One hundred adults and 30 children completed questionnaires to investigate fear of dogs. Dog fearful adults asked to recall the origins of their fear reported classical conditioning experiences more frequently than vicarious acquisition or informational transmission. Overall, however, there was no difference in the frequency of attacks reported by the fearful and non-fearful groups. Significantly more fearful than non-fearful adults reported little contact with dogs prior to the onset of their fear which suggests that early non-eventful exposure to dogs may prevent a conditioning event from producing a dog phobia. Most adults reported that their fear began in childhood, and dog fears were more frequently reported by children than by adults. In the aggregate, however, dog-fearful adults and children differed in several ways: children were more likely than adults to report having received warnings about dogs, but also to recognize the potential attractiveness of a friendly dog. Unlike dog-fearful children, dog-fearful adults reported many other fears in addition to their fear of dogs. A better understanding of fear of dogs in adults may depend on discovering why some dog-fearful children, but not others, apparently lose their fear of dogs as they become older.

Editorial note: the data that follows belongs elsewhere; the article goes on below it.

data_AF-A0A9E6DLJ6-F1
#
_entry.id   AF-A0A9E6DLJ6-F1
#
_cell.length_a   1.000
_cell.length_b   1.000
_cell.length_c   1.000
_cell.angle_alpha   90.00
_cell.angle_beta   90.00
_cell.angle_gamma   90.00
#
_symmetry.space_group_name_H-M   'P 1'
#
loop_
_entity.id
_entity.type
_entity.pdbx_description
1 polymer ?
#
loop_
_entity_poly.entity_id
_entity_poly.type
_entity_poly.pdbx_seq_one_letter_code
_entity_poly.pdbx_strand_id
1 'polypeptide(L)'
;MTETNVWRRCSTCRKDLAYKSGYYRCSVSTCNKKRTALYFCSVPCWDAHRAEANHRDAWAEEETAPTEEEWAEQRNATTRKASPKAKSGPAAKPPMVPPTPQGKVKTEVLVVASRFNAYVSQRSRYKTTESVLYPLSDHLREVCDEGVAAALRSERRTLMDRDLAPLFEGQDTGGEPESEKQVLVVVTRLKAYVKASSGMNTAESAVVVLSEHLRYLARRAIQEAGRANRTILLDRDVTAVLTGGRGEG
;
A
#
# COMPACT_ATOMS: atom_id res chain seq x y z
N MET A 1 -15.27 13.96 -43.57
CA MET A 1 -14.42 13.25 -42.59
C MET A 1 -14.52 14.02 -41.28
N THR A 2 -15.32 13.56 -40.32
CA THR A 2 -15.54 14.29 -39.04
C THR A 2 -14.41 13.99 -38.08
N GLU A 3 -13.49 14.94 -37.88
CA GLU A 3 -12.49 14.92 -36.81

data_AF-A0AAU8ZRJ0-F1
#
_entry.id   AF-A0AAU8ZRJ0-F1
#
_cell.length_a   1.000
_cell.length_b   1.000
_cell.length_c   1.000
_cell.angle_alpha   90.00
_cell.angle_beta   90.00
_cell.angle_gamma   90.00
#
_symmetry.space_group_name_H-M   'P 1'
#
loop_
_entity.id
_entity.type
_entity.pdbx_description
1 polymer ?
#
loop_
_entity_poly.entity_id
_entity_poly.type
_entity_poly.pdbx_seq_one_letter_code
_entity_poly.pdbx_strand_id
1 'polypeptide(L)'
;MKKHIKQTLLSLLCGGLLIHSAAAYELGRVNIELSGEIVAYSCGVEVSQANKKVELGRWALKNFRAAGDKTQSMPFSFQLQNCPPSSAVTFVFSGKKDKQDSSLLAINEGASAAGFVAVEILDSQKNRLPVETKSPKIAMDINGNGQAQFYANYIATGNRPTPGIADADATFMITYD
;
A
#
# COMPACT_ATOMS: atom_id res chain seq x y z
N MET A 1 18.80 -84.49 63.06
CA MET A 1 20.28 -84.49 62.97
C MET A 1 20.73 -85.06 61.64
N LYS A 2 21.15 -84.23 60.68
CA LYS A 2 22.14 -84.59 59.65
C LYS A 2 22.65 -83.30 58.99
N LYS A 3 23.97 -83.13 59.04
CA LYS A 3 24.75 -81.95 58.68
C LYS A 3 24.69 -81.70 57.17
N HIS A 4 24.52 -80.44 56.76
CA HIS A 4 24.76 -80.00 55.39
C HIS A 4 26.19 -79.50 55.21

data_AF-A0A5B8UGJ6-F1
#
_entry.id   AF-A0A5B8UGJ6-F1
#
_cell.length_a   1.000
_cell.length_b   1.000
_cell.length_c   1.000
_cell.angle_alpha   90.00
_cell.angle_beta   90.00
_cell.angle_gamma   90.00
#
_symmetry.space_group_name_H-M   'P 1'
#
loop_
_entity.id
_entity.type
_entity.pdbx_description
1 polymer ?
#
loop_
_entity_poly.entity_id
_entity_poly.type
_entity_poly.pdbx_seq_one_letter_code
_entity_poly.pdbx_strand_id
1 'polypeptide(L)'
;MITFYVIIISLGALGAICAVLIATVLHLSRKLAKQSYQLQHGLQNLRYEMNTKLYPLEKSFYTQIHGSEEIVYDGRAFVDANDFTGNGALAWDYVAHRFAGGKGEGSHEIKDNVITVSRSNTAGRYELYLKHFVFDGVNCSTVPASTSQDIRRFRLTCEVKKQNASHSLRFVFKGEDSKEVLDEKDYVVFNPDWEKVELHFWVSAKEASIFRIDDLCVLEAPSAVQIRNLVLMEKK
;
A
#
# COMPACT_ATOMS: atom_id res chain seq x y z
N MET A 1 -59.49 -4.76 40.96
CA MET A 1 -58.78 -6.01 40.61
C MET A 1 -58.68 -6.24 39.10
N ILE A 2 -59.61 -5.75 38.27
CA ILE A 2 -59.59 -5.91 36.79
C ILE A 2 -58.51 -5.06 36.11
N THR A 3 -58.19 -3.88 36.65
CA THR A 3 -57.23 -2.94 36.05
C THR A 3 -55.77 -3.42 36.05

|Publication Title||Behaviour Research and Therapy|
|Notes||This article was used with permission by Elsevier|
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